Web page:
Browning

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Browning

1. Elizabeth Barrett. 1806--61, English poet and critic; author of the Sonnets from the Portuguese (1850)
2. her husband, Robert. 1812--89, English poet, noted for his dramatic monologues and The Ring and the Book (1868--69)

browning

[′brau̇·niŋ]
(plant pathology)
Any plant disorder or disease marked by brown discoloration of a part. Also known as stem break.

brown coat, floating coat

The coat of roughly finished plaster beneath the finish coat; in three-coat work, the second coat of plaster, applied over a scratch coat and covered by the finish coat; in two-coat work, the base-coat plaster applied over lath or masonry; may contain a greater proportion of aggregate than the scratch coat.
References in periodicals archive ?
Eventually, the United States gave 20,000 ,30-'06 M1919A4 Browning Machine Guns (BMG) to the Israel Defense Force (IDF).
The Browning machine guns fire from the closed bolt position (except for the 7.
Except for sales during World War I, the gas-operated Browning machine gun was overpowered by the universally adopted, recoil-operated Maxim machine gun.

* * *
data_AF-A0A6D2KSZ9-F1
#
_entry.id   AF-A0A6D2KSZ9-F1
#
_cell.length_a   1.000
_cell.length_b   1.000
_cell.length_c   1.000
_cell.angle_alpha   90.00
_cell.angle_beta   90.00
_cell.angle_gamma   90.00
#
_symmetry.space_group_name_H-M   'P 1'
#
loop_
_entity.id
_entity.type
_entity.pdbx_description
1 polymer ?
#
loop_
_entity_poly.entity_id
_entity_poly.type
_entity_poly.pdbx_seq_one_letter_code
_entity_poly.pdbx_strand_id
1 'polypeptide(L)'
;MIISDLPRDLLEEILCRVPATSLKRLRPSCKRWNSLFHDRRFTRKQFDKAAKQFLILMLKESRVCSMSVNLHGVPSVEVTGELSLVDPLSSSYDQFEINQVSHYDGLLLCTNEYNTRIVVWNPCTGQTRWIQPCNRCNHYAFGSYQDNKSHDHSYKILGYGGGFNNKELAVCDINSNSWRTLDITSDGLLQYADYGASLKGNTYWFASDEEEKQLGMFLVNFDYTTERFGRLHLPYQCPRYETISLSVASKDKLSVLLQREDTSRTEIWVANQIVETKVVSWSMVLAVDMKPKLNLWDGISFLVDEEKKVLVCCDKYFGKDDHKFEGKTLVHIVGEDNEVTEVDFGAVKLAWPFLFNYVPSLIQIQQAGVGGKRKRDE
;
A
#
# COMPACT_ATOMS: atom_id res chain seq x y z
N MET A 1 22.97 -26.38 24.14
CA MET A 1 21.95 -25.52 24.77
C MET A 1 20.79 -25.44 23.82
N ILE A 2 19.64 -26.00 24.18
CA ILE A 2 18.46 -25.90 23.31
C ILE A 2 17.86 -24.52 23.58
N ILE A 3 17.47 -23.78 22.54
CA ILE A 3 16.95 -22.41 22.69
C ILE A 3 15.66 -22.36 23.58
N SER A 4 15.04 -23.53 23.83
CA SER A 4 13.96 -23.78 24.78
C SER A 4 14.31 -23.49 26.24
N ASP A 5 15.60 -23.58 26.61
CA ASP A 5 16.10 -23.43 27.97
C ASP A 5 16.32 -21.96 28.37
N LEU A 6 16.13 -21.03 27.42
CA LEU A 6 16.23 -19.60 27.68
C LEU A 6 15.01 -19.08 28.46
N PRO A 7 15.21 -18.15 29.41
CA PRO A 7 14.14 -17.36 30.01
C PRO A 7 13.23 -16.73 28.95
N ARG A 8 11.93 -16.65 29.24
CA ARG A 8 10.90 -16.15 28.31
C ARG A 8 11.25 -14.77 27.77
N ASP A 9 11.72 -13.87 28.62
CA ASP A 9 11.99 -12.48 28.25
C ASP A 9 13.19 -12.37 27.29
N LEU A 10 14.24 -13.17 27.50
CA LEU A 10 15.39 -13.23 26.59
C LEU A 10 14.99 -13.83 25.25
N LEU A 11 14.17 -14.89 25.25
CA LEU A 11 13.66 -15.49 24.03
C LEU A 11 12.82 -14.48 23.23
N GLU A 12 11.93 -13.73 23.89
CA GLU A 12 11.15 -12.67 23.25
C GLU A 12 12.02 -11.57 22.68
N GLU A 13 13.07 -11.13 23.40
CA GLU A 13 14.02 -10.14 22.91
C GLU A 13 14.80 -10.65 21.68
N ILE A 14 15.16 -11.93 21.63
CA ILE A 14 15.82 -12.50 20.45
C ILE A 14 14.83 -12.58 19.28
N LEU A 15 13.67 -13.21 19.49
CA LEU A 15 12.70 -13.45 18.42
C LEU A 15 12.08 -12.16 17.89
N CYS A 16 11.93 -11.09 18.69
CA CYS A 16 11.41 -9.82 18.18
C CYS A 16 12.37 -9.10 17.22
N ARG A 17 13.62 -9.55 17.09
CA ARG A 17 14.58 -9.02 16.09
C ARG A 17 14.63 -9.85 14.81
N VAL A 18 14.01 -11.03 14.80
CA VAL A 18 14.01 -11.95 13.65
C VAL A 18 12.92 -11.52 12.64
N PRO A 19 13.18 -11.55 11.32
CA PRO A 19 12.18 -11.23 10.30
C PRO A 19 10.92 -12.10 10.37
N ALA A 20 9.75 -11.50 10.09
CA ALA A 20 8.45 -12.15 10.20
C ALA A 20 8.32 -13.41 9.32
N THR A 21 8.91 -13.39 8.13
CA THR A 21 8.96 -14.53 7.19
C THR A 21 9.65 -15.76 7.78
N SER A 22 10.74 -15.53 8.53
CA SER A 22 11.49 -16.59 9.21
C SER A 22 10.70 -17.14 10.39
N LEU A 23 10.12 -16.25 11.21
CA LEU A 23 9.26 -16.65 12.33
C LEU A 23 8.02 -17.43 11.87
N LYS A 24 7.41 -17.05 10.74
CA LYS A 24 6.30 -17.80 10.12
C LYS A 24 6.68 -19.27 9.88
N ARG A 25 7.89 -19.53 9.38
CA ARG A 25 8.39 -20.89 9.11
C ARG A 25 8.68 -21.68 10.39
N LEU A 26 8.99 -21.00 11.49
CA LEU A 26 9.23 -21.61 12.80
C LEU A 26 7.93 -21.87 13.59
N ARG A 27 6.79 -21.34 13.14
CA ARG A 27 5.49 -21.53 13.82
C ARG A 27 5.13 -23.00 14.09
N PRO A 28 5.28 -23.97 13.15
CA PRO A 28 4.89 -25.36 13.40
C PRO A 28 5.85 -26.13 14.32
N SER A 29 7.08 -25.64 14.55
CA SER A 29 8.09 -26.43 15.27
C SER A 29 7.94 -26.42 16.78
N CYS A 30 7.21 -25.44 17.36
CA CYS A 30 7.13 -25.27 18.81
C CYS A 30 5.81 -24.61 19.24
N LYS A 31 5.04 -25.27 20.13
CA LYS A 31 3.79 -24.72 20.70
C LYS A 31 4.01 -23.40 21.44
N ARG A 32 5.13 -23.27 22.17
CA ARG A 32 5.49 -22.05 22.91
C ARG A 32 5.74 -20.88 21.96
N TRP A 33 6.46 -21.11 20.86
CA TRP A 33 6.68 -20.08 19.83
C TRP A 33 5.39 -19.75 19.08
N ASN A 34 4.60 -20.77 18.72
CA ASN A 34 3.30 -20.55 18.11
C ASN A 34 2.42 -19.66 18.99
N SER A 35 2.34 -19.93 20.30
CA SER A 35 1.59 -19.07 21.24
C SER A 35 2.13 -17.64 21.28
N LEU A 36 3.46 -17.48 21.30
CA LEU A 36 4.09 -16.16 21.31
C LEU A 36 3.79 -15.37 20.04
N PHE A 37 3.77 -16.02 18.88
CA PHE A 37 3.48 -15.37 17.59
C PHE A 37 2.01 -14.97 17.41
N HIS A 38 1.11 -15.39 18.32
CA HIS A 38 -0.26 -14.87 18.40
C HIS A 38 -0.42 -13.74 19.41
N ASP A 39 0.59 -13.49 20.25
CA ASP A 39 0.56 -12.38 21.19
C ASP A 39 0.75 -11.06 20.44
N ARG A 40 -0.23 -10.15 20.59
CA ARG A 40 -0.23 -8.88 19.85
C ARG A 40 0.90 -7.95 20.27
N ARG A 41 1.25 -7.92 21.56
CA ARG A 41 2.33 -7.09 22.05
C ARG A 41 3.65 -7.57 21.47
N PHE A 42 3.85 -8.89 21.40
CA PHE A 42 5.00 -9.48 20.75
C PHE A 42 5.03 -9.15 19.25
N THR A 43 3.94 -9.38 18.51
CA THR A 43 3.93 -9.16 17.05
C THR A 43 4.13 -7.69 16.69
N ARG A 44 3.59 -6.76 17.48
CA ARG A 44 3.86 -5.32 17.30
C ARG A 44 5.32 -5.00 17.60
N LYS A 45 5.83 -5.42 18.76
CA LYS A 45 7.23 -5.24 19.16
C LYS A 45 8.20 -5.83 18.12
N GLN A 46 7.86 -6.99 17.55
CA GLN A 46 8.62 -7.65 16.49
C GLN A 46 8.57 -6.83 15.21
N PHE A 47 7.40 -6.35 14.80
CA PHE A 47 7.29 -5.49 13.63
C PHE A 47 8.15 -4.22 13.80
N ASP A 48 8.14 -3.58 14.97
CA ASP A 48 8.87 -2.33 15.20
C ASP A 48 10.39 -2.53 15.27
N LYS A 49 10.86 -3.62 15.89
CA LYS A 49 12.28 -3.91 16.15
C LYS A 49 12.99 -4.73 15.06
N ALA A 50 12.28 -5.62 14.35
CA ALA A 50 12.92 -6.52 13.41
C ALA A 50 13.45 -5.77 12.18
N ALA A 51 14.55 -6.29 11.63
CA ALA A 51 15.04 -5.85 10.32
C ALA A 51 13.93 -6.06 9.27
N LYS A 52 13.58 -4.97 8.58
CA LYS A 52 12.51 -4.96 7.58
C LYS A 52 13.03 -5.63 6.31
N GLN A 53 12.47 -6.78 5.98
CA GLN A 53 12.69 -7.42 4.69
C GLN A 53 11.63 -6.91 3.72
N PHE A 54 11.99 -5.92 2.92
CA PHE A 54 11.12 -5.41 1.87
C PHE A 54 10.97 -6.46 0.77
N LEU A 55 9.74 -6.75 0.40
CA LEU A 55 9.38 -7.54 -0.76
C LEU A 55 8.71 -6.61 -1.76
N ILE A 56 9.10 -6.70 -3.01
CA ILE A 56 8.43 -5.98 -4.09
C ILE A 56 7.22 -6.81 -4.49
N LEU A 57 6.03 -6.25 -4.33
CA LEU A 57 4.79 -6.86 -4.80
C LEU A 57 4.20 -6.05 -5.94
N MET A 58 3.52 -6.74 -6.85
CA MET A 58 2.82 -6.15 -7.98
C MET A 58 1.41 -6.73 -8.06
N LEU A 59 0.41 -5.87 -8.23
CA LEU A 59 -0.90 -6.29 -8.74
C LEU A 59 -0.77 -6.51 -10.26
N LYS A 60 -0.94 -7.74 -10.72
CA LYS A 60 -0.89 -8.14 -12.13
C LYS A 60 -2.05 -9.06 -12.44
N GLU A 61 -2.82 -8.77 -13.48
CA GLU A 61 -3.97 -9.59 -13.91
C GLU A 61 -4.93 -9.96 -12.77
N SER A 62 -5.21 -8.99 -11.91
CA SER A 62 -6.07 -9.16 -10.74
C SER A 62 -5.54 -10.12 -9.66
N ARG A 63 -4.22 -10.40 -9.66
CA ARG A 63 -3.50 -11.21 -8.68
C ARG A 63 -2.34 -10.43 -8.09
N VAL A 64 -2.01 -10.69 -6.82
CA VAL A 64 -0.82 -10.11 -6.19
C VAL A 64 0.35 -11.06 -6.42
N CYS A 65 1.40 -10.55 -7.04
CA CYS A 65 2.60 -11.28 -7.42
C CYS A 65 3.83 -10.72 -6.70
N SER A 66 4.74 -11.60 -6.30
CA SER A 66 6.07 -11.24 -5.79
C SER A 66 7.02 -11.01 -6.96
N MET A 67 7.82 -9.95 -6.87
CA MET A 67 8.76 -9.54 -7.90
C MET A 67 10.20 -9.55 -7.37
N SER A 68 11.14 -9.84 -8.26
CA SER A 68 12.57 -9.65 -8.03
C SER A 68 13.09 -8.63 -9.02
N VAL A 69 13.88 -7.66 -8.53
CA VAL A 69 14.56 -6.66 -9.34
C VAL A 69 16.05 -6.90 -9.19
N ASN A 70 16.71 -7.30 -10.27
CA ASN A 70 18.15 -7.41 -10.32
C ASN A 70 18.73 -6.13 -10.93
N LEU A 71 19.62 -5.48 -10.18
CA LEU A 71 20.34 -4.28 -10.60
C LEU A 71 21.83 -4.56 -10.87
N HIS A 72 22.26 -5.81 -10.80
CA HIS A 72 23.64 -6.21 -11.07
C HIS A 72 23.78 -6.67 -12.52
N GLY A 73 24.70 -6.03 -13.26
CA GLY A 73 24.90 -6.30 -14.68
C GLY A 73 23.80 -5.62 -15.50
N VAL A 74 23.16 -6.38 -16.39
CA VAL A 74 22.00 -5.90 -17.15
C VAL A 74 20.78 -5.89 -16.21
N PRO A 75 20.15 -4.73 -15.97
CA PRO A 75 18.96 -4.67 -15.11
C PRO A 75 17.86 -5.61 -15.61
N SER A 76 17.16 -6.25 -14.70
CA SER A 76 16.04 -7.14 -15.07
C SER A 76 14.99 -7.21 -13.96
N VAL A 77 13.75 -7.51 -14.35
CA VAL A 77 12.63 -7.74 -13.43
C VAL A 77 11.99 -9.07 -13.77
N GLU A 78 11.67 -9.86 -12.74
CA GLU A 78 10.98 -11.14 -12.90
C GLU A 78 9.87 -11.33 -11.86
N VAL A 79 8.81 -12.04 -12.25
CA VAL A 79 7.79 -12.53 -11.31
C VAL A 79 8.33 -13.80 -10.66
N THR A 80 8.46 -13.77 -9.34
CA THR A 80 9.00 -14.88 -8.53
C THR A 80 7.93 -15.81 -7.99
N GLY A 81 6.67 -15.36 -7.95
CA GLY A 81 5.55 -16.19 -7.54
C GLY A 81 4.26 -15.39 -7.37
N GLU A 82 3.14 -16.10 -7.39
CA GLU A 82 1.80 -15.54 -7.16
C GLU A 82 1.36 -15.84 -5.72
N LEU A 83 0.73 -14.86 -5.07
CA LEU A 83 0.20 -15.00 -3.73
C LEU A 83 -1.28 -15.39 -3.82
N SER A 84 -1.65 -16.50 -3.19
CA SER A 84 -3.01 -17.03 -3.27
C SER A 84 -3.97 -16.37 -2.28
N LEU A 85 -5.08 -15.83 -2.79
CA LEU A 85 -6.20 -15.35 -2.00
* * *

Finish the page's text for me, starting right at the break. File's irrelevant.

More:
The Model 1917A1 water-cooled Browning machine gun remained in service through World War II and the Korean War.
This is the fourth and final volume of Dolf Goldsmith's monumental series on the Browning machine gun.
50 Browning machine gun lie clearly in World War I.
The Spitfires and Hurricanes which won that vital battle were fitted with Browning machine guns from the BSA, with radiators and air coolers from the Serck; and with aero-carburettors from SU Carburettors - and if that factory had been destroyed, the air force would have suffered a mortal blow.
50-caliber Browning machine guns were used by the US Army to train recruits quickly and inexpensively.